Hair Analysis Panel Discussion: Section 3.0
Sampling And Analytical Methods
Panel discussions related to the sampling, handling, and laboratory
methodologies used in hair analysis centered around the strengths
and weaknesses of existing procedures and the lack of standardized
methods for collecting and analyzing hair samples and reporting
The group generally agreed that the technology exists to measure substances in hair, but variations in sample collection, preparation, and analytical methods can drive what will be measured in the final analysis. Therefore, the panelists encouraged the development of standard protocols for hair analysis to help ensure the generation of reliable and reproducible analytical results. In the interim, panelists encouraged laboratories to clearly document procedures used in their analyses, and encouraged users to be cognizant of these procedures when interpreting results. The group acknowledged that even if standard protocols were in place, the greatest challenge would still be interpreting the results from a practical and toxicologic perspective (see Sections 4 and 5).
Panelist Dr. Dan Paschal, research chemist at CDC, opened discussions on this topic with a brief overview of the advantages and limitations of existing analytical methods and approaches related to hair analysis. He emphasized that hair has real advantages in that (1) it can contain relatively high levels of hazardous substances of potential interest, including elements and some organic compounds, (2) it is easy to collect by relatively non-invasive methods, and (3) it is a stable specimen. He also commented on some of the limitations: lack of precision and accuracy of hair analysis results, external contamination, interindividual variations, lack of correlation with health effects, and lack of believable reference intervals.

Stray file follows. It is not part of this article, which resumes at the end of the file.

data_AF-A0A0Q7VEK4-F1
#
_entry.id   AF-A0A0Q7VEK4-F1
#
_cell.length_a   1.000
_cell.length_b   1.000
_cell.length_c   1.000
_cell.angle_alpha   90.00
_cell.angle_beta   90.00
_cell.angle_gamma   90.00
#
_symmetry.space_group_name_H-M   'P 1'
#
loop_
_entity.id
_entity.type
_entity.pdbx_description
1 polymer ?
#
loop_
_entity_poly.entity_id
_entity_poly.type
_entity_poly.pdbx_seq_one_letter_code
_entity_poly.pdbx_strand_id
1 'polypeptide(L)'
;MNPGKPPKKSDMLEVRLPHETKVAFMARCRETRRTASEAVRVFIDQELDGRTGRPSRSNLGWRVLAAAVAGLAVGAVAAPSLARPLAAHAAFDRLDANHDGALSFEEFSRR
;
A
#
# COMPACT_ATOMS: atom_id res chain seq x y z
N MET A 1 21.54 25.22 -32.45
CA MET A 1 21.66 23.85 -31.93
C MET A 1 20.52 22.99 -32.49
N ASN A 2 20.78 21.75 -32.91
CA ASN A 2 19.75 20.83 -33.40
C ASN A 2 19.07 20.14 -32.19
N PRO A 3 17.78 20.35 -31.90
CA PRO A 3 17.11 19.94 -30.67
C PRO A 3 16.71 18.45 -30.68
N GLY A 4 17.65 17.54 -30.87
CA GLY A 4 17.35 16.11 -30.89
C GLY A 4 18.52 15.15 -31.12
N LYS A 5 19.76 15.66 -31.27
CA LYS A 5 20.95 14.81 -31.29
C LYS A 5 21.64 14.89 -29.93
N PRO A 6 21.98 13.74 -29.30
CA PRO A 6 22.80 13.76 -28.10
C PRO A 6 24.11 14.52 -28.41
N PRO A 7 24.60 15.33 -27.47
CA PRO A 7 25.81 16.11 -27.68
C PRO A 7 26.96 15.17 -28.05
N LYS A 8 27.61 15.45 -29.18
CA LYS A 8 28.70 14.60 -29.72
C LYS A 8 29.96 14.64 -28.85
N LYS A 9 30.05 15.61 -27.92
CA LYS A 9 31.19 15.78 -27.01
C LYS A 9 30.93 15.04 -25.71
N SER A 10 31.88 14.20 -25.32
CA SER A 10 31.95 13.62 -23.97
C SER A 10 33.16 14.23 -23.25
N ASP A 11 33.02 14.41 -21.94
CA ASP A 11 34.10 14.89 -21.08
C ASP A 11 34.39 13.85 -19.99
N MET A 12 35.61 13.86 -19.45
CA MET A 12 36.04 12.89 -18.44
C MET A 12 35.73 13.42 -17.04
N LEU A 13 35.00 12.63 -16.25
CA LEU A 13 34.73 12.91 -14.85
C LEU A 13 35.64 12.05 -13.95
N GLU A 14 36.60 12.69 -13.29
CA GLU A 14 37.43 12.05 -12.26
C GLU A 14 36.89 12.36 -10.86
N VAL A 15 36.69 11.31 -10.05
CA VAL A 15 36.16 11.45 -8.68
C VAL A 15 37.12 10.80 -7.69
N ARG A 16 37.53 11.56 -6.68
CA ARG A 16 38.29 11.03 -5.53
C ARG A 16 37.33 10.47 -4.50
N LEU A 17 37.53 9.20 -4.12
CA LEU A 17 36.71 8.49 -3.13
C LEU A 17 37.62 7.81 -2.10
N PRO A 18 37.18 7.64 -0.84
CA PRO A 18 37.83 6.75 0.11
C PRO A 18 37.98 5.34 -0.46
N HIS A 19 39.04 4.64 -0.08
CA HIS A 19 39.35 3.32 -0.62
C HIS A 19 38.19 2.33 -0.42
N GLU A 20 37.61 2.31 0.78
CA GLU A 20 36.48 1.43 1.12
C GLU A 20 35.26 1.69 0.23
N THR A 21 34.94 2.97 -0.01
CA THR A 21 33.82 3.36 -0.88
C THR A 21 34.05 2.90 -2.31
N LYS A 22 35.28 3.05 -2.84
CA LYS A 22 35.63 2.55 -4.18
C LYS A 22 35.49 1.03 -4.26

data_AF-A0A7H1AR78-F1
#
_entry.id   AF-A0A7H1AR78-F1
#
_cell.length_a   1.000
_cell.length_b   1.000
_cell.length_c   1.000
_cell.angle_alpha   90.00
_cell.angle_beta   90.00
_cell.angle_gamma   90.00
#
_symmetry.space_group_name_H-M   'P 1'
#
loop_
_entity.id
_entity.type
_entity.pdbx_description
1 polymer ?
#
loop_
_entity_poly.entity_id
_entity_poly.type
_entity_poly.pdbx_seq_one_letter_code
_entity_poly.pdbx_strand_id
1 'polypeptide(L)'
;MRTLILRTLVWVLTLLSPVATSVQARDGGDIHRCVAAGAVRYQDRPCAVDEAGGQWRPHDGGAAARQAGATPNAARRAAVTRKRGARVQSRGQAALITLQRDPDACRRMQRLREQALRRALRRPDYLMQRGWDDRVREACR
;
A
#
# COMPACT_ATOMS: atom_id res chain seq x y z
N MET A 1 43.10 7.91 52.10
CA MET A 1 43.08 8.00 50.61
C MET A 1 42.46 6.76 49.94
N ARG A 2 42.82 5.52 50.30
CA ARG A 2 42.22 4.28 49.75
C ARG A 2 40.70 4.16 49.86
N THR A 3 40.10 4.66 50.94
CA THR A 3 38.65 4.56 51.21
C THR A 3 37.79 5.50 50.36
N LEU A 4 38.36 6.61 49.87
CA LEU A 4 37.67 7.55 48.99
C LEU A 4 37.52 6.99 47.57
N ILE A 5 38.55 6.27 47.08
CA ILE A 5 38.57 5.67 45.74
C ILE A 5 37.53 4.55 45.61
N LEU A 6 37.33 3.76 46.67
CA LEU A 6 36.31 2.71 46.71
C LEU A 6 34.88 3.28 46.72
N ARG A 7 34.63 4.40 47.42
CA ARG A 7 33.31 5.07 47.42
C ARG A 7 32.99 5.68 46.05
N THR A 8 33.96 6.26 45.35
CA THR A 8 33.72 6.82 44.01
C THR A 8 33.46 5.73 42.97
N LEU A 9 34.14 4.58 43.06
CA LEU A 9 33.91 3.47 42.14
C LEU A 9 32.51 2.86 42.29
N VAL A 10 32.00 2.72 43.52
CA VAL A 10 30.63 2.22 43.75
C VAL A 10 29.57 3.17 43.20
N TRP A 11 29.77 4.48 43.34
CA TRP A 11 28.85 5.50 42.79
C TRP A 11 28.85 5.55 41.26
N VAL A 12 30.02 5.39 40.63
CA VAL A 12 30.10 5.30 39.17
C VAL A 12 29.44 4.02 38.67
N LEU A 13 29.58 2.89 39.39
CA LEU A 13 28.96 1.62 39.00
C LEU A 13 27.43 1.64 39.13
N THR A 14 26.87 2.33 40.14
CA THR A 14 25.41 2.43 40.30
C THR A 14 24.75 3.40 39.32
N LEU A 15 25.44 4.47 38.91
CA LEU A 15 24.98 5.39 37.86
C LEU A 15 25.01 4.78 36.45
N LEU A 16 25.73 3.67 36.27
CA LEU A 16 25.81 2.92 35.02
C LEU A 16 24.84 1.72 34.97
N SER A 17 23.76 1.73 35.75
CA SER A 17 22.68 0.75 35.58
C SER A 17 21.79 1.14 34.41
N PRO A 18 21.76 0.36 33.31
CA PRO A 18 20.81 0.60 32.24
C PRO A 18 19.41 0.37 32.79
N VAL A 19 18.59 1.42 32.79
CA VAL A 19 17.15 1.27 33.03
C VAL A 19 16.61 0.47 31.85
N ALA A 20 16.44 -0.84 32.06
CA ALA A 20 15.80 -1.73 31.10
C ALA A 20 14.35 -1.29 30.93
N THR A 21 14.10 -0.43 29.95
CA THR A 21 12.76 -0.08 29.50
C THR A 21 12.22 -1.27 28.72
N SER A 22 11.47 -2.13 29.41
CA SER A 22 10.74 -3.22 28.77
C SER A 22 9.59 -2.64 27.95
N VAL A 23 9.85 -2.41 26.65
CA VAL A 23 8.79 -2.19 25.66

In setting the stage for discussions on analytical methods, Dr. Paschal commented on published work related to reference intervals, detection limits, and hair concentrations of metals as a function of age (DiPietro et al. 1989; Paschal et al. 1989). His specific comments are integrated in the sections that follow.